The court then turned to where the search at issue occurs. The court said that since the government will view the electronic data in the United States, that is where the search will be deemed to have occurred.
“Under the facts before this court, the conduct relevant to the SCA’s focus will occur in the United States … That is, the invasions of privacy will occur in the United States; the searches of the electronic data disclosed by Google pursuant to the warrants will occur in the United States when the FBI reviews the copies of the requested data in Pennsylvania,” the court said. “These cases, therefore, involve a permissible domestic application of the SCA, even if other conduct (the electronic transfer of data) occurs abroad.”
Perkins Coie represented Google Inc.
The U.S. Attorney’s Office in Philadephia represented the government.
To contact the reporter on this story: Tera Brostoff in Washington at email@example.com
To contact the editor responsible for this story: Carol Eoannou at firstname.lastname@example.org
Full text at http://src.bna.com/l1K.
Copyright © 2017 The Bureau of National Affairs, Inc. All Rights Reserved.
All Bloomberg BNA treatises are available on standing order, which ensures you will always receive the most current edition of the book or supplement of the title you have ordered from Bloomberg BNA’s book division. As soon as a new supplement or edition is published (usually annually) for a title you’ve previously purchased and requested to be placed on standing order, we’ll ship it to you to review for 30 days without any obligation. During this period, you can either (a) honor the invoice and receive a 5% discount (in addition to any other discounts you may qualify for) off the then-current price of the update, plus shipping and handling or (b) return the book(s), in which case, your invoice will be cancelled upon receipt of the book(s). Call us for a prepaid UPS label for your return. It’s as simple and easy as that. Most importantly, standing orders mean you will never have to worry about the timeliness of the information you’re relying on. And, you may discontinue standing orders at any time by contacting us at 1.800.960.1220 or by sending an email to email@example.com.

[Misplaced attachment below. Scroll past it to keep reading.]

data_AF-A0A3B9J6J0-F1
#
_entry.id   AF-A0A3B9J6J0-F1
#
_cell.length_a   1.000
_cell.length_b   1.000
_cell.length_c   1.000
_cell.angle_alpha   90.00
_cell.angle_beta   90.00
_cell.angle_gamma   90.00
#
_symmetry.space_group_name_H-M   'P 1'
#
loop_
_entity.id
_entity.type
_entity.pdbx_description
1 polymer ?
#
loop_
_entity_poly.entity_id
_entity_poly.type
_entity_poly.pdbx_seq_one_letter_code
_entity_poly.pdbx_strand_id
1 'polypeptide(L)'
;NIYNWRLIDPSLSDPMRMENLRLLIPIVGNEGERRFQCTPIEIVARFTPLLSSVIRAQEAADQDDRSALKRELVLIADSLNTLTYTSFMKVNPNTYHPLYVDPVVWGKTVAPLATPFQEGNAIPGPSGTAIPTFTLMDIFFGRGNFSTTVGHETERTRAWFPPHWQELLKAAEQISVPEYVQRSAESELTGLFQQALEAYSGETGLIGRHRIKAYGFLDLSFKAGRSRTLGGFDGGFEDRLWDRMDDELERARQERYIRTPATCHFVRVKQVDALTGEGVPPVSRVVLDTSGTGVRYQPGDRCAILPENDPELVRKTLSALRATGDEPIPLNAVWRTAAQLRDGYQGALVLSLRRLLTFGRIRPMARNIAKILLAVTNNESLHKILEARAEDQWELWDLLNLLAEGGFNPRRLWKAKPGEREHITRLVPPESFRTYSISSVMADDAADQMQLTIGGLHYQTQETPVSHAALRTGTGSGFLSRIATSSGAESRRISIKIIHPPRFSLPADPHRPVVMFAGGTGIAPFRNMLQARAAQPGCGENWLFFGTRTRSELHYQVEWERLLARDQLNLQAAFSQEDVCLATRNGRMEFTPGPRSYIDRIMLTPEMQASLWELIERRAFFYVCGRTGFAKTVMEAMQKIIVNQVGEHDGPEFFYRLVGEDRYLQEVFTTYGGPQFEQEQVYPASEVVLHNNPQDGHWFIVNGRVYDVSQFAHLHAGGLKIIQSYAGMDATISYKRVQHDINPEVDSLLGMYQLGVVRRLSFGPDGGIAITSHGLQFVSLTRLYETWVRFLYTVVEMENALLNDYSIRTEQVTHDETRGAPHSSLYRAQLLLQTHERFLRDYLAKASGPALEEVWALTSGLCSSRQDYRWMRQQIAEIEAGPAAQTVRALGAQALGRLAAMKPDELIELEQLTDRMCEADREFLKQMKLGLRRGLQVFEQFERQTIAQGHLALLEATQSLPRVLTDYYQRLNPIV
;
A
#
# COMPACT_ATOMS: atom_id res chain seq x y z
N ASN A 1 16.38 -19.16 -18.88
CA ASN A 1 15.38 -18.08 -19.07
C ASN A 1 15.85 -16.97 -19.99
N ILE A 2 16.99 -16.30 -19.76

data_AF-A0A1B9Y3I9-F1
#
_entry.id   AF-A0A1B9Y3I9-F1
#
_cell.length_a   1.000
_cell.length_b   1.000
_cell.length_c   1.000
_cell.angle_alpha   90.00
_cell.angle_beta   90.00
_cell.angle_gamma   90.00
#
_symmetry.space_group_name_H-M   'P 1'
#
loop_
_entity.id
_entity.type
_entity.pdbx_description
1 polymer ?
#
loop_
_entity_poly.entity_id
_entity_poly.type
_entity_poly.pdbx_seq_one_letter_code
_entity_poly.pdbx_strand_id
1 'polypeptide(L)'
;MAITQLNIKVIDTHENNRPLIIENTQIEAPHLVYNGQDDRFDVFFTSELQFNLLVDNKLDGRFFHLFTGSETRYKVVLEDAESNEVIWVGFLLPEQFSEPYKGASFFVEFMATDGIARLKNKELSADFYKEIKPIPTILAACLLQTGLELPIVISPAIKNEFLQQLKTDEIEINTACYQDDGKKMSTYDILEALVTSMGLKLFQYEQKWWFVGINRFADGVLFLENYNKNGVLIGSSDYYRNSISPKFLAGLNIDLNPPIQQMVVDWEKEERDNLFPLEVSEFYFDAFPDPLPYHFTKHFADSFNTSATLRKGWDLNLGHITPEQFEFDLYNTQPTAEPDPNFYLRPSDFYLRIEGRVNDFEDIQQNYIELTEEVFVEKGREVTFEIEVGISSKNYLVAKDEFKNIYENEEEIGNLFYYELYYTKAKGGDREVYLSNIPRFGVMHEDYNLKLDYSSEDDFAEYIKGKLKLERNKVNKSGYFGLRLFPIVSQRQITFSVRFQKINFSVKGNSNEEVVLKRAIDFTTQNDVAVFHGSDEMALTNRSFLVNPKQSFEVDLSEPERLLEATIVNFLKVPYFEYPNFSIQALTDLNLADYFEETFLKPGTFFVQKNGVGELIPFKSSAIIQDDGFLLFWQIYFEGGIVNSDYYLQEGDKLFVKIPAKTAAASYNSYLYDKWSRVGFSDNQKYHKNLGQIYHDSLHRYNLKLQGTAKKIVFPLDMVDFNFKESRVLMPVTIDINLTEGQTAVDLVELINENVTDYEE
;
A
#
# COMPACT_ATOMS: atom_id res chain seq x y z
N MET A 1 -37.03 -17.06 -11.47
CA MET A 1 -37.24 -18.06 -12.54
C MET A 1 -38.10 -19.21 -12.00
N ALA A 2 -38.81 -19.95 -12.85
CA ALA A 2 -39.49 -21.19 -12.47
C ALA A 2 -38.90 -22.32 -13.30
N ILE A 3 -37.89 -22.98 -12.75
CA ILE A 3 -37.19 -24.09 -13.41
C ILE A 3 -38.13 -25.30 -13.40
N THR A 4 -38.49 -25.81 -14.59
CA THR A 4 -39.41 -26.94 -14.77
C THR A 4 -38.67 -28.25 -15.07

Put me on standing order at a 5% discount off list price of all future updates, in addition to any other discounts I may quality for. (Returnable within 30 days.)
Notify me when updates are available (No standing order will be created).
This Bloomberg BNA report is available on standing order, which ensures you will all receive the latest edition. This report is updated annually and we will send you the latest edition once it has been published. By signing up for standing order you will never have to worry about the timeliness of the information you need. And, you may discontinue standing orders at any time by contacting us at 1.800.372.1033, option 5, or by sending us an email to firstname.lastname@example.org.
Put me on standing order
Notify me when new releases are available (no standing order will be created)